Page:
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Indian Heaven Volcanic Field

 Indian Heaven Volcanic Field

Summary
Quick Facts

Indian Heaven volcanic field is located 30 km (19 mi) southwest of Mount Adams in southern Washington. The 450-km2 (175-mi2) volcanic field is a region of overlapping basalt to andesite shields and cinder cones – 80% of the eruptive products are basalt, making Indian Heaven the most voluminous field of Quaternary basalt anywhere in the Cascades north of Newberry in central Oregon. About half of the 50 known vents define a 30-km- (19-mi-) long highland that trends north to south, roughly parallel to the Cascade Range axis of southern Washington. Eruptions from the field occurred from the middle Pleistocene to the Holocene, and individual lava flows with extensive lava tube systems travelled up to 46 km (about 30 mi) from source. The youngest eruption about 9,000 years ago produced Big Lava Bed (nearly 1 km3, 0.25 mi3) at the south end of the field. Lava flows that form the bed travelled nearly 25 km (15 mi) south of its main vent. Notable features of Indian Heaven volcanic field are some ice-contact volcanoes.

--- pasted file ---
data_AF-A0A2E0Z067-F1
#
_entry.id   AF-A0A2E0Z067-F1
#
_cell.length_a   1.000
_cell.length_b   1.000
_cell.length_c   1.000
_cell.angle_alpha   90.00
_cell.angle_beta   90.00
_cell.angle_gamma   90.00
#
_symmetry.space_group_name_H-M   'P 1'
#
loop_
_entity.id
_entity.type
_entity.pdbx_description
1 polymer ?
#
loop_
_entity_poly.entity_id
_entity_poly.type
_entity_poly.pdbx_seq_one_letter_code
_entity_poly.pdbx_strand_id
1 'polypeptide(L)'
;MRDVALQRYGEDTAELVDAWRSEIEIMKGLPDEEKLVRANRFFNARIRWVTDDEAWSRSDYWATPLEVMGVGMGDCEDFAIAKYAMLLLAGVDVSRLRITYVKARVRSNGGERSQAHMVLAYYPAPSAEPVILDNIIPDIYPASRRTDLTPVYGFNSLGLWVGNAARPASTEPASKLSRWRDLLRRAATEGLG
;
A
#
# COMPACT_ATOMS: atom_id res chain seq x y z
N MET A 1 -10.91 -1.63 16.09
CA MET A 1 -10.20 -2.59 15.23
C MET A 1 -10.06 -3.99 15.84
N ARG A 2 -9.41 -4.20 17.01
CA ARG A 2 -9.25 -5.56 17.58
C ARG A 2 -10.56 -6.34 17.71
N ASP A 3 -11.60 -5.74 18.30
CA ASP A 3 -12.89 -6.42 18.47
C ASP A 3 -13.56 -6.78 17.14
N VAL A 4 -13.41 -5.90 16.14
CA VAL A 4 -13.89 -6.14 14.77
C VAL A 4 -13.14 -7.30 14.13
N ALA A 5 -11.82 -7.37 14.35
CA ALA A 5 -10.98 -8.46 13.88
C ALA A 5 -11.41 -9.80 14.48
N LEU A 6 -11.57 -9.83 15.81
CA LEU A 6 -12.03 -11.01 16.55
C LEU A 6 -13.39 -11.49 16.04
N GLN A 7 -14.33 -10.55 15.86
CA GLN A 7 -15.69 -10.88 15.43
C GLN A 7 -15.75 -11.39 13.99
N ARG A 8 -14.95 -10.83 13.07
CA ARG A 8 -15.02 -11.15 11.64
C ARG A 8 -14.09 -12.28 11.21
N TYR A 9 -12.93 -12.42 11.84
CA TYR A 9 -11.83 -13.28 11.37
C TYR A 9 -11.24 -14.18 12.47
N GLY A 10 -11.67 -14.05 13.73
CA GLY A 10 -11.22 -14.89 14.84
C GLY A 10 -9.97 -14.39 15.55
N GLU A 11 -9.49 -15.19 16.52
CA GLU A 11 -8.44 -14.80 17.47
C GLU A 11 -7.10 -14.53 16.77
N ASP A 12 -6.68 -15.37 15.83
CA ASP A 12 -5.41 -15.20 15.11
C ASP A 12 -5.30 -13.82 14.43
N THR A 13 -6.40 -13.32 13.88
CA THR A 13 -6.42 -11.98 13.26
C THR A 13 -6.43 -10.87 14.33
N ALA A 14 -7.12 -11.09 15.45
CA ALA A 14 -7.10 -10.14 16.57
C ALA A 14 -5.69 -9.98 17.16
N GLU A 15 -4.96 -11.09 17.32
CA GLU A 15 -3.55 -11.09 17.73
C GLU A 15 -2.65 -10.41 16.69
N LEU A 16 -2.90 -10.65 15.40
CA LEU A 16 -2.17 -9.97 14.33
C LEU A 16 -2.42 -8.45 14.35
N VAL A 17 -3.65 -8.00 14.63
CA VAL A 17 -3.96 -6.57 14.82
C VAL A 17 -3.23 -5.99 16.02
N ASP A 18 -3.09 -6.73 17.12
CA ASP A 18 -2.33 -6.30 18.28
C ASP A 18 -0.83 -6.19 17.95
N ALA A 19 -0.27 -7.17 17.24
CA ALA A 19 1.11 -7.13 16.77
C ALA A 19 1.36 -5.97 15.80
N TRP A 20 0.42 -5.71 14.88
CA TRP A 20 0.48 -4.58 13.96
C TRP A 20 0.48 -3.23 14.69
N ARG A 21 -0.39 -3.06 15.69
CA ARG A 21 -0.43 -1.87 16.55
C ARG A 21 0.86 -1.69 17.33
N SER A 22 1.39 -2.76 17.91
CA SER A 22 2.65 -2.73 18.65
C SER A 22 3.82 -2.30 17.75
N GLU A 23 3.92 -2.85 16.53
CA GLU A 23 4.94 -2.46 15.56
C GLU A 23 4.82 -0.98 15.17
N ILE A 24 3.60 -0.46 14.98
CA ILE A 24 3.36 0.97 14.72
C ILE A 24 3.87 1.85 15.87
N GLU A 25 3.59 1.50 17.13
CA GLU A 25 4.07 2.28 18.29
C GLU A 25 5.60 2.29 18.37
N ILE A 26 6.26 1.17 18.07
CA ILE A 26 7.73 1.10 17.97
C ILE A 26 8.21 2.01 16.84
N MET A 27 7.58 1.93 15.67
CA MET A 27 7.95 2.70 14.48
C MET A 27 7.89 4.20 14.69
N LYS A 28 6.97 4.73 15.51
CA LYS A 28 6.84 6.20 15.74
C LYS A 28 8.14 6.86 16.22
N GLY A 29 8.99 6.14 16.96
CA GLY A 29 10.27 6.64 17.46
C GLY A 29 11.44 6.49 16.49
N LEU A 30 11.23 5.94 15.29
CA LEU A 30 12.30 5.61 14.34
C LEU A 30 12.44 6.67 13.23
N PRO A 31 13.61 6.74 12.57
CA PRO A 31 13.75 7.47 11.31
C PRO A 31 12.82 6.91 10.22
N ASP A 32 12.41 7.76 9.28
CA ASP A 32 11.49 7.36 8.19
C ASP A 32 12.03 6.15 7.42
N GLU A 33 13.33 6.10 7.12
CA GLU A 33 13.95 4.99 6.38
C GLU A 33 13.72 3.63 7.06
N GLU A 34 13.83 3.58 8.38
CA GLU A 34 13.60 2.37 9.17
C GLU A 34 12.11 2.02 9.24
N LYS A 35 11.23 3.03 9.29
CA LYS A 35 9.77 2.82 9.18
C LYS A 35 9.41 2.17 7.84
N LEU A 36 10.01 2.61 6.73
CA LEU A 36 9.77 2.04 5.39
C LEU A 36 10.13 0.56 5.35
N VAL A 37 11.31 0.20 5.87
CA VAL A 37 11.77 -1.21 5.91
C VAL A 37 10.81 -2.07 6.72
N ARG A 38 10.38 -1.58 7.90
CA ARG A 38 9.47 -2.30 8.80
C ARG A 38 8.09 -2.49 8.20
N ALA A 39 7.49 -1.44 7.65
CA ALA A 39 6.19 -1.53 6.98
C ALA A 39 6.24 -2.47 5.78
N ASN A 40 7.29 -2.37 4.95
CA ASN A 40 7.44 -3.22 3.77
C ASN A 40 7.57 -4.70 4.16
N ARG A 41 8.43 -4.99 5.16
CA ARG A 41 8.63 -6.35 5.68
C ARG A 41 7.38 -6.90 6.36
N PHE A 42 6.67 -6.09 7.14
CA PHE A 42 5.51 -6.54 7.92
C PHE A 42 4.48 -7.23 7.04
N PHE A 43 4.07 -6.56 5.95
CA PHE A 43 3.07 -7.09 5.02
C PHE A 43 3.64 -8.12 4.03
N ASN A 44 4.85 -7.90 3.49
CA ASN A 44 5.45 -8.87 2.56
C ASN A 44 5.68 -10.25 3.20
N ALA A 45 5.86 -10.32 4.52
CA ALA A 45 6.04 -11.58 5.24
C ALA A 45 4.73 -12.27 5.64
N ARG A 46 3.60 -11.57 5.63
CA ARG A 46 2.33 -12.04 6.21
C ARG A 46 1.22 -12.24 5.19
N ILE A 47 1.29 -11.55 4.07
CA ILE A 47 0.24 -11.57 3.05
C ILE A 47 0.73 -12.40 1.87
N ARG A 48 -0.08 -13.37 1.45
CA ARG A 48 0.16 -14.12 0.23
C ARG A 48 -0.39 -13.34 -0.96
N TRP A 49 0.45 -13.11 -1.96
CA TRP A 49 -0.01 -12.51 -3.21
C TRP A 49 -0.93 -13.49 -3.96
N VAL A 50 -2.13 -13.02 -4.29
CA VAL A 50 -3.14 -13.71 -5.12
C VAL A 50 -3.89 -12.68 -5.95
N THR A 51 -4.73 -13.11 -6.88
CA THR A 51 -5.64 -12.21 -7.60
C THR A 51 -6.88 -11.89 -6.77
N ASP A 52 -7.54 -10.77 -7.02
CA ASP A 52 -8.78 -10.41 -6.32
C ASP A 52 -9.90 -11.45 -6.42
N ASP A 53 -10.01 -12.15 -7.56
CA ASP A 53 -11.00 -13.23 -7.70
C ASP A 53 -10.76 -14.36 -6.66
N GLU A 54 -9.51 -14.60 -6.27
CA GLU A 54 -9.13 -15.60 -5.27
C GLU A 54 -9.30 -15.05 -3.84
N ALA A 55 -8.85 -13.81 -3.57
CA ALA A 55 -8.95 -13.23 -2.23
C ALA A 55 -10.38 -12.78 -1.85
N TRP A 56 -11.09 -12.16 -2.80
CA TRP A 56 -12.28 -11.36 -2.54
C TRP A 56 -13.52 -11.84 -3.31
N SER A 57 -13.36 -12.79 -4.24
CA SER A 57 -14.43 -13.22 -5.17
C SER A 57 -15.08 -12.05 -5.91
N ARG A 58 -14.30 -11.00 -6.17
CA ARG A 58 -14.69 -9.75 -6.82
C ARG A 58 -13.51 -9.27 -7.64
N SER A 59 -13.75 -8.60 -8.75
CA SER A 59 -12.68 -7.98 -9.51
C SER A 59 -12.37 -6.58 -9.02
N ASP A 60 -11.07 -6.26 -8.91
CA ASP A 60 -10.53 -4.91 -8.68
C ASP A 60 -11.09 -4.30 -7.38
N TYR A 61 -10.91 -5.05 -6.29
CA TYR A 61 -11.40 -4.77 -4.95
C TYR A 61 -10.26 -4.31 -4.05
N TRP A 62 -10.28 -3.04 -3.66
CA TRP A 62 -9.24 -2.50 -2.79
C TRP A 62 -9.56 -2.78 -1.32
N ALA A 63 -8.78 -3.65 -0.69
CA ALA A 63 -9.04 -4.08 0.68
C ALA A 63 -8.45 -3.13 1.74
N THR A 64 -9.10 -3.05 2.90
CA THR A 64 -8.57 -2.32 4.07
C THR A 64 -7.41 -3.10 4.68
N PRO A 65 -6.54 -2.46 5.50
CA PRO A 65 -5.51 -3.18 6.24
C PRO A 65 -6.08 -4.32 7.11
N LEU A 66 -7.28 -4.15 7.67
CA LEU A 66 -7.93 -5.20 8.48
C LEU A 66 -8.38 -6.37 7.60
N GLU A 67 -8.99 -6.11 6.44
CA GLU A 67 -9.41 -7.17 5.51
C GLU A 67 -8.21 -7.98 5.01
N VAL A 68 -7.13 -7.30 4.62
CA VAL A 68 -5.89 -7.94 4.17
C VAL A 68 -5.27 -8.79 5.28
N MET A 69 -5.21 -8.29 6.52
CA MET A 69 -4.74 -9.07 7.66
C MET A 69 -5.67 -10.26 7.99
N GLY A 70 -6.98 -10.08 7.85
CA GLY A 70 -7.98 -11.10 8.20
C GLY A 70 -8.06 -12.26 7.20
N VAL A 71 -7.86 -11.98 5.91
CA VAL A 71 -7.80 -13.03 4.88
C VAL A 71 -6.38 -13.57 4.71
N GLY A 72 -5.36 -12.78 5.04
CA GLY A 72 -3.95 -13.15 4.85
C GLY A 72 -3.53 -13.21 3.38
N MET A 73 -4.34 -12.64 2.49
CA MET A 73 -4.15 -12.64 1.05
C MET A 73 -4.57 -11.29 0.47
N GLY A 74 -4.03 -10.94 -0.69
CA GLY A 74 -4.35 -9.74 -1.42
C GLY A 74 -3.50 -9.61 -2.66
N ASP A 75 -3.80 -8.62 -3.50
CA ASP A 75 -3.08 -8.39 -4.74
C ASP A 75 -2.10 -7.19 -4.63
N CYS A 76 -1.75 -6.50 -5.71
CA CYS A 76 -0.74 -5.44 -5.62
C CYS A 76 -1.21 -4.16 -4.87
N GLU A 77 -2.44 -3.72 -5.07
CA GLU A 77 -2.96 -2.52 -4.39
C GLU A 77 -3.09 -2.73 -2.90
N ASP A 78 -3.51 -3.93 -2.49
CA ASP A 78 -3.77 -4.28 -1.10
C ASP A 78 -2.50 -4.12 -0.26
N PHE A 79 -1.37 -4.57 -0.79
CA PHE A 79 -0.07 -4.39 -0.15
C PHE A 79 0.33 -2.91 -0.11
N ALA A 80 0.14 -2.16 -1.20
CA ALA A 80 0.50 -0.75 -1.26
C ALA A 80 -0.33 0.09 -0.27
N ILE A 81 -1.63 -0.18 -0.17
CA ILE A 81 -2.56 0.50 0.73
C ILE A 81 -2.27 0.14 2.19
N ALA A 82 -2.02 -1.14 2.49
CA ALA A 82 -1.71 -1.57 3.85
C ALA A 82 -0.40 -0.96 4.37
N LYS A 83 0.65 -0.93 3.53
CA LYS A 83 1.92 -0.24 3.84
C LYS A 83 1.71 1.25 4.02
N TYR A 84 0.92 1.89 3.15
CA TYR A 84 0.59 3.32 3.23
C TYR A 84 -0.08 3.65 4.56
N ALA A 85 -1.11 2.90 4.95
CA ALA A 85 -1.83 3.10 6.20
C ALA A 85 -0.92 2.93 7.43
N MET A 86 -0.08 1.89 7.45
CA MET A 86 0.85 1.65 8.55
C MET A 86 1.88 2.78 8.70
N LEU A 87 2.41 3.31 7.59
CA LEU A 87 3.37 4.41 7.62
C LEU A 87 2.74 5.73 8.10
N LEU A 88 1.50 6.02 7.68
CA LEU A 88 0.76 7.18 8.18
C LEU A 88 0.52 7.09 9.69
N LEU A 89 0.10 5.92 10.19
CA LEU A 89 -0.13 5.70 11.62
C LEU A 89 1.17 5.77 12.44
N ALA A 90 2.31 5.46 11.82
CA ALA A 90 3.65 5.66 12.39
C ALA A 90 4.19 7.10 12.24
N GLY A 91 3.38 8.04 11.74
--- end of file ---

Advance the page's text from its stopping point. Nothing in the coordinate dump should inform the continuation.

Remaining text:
Location: Washington, Skamania County
Latitude: 45.93° N
Longitude: 121.82° W
Elevation: 1,806 (m) 5,925 (f)
Volcano type: Shield volcanoes
Composition:
Threat Potential: Low/Very Low *